Creating fonts from SVGs – with automation! 🤖
Lately I needed the ability to create a font from an existing set of SVG files that I created in Sketch. I’m not a professional font creator, but I’ve figured out an automated workflow works that works best for me.
My workflow is as follows:
- Export the SVGs from Sketch
- Convert the SVG’s strokes to paths (Using Inkscape)
- Import SVGs into FontForge
- Export as a TrueType Font (TTF)
1. Exporting the SVGs from Sketch
How one actually designs the font is anyone’s preference, but I’m quite comfortable with Sketch’s tools. Other people might be more comfortable with Inkscape, or some other vector graphics tool. Sketch has a neat concept called “Artboards” and “Slices” that make it easy to export selections in a single file, rather than having multiple SVG files all over the place on disk. For instance, each glyph in my sketch file is a “Slice”.
Sketch has a nice command line utility called SketchTool that can automate exports like so:
# Locate the SketchTool file sketch_app_dir=`mdfind kMDItemCFBundleIdentifier == 'com.bohemiancoding.sketch3' | head -n 1` sketch_tool=$sketch_app_dir/Contents/Resources/sketchtool/bin/sketchtool # Export the slices in the sketch file as SVG to the folder "svg" $sketch_tool export slices MyFont.sketch --formats=svg --output=svg/
2. Convering the SVG’s strokes to paths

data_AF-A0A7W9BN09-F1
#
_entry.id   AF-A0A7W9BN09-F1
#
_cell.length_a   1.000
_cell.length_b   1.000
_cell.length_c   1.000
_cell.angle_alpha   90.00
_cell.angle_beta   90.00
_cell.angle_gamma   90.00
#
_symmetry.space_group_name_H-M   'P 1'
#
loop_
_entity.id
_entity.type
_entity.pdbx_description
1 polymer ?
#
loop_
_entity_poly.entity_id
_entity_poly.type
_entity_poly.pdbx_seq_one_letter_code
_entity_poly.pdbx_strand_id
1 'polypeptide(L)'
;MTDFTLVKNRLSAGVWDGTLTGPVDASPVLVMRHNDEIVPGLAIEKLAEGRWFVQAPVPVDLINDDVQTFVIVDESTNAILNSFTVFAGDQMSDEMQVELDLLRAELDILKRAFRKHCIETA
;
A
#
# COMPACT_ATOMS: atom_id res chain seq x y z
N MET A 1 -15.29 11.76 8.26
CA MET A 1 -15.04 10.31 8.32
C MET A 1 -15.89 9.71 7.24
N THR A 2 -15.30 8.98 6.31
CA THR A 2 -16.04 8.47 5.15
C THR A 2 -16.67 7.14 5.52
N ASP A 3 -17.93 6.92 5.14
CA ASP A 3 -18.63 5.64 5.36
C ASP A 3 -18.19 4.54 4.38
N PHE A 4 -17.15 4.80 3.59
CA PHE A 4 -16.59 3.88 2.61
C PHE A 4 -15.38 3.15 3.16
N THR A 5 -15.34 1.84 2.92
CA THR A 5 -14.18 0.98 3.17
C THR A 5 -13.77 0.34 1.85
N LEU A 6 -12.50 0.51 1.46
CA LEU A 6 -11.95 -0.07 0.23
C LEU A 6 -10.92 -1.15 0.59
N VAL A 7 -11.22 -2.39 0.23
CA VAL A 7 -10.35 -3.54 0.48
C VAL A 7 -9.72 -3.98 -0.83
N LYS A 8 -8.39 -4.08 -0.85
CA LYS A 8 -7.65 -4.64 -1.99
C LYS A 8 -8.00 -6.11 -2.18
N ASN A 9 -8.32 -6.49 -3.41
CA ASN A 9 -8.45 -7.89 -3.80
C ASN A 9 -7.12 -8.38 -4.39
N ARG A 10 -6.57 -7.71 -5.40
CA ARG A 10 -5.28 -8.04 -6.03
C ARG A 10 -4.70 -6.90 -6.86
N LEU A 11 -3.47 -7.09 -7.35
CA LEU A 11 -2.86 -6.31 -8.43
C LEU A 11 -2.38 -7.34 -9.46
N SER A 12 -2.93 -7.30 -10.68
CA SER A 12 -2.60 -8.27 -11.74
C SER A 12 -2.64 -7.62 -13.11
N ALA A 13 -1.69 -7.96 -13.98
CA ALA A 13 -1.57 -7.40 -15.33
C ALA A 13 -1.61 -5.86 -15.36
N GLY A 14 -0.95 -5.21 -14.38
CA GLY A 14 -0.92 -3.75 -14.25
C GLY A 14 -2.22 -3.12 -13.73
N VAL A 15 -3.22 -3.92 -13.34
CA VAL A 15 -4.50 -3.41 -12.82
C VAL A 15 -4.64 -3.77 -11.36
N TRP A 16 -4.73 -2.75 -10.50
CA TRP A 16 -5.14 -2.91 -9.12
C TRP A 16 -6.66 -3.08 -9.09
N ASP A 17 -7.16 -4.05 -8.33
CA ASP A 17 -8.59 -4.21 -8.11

This step depends on whether your font has strokes/lines instead of paths/polygons. In my case, a lot of the elements in the font are actually line segments. This causes problems later in the process when importing the SVG files into FontForge. See the example below.
I could have manually converted the strokes to paths in Sketch, but I prefer working with outlines for some portions of the font, so I wanted to find an automated way to convert these without losing the ability to change the outline later.
Thankfully, Inkscape has a command line interface that allows me to do this automatically. So I’ve created a shell script called svg-stroke-to-path that can take in a set of SVG files, and convert all strokes to paths.
The script is run like this:
svg-stroke-to-path SameStrokeColor 'stroke="#000"' svg/*.svg
Annoyingly Inkscape does not have a way to select only shapes that have strokes before running the “Stroke To Path” macro. Instead one has to specify a particular stroke colour to select. For my usage that is not a huge problem, since all my strokes will be black (i.e.
After running my script, all SVGs will now consist only of paths.
3. Importing SVGs into a font editor
I tried BirdFont and Glyphr Studio first since they looked appealing for a novice like myself. However, when I tried to export the font, I got weird glitches. It’s not exactly a “What you see if what you get” experience. Below is an example of the output for BirdFont and Glyphr respectively:
I also tried Glyphs, but I couldn’t figure out how to actually import an SVG. Nor did I want to pay €250 after 30 days for a hobby project… 😬